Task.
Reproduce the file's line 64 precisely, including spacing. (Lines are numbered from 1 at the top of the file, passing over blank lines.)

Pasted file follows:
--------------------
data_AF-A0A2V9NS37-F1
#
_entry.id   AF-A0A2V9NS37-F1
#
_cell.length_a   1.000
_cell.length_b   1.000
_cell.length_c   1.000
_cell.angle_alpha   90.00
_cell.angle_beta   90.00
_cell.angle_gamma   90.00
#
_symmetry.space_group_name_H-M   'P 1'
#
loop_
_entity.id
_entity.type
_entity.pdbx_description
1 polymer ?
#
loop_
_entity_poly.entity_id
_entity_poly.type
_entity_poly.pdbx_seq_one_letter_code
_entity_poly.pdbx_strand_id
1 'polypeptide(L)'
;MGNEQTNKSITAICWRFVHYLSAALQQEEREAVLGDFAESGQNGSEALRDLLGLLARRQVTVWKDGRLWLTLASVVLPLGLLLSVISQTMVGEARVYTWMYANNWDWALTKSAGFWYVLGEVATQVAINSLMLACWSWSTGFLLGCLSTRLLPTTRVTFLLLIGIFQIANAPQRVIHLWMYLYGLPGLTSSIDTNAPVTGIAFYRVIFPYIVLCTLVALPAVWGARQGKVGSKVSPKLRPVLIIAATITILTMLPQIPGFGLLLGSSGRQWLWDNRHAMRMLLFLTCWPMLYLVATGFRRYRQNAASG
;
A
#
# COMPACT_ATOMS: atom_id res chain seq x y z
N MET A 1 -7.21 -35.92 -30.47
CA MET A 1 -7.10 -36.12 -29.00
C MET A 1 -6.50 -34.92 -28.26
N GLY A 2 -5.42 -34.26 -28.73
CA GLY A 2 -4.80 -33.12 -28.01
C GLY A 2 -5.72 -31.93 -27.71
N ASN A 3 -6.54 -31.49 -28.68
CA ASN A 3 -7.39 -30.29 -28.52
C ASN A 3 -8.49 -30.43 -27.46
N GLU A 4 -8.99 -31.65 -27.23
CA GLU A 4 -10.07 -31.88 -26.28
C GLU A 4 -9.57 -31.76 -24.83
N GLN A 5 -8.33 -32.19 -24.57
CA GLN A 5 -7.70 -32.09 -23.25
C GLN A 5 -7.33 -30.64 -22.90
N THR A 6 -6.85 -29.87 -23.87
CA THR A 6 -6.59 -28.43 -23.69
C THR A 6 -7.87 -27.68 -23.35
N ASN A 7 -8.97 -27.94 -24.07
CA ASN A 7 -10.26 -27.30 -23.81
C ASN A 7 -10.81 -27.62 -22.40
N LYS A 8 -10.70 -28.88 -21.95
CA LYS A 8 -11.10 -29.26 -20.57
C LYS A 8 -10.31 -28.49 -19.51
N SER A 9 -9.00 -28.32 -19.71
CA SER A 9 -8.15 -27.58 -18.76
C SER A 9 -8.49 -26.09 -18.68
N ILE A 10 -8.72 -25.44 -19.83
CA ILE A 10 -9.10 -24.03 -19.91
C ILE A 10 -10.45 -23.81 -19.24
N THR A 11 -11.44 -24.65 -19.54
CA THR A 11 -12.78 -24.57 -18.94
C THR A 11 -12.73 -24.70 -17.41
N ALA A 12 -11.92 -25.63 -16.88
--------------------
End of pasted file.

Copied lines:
N ALA A 12 -11.92 -25.63 -16.88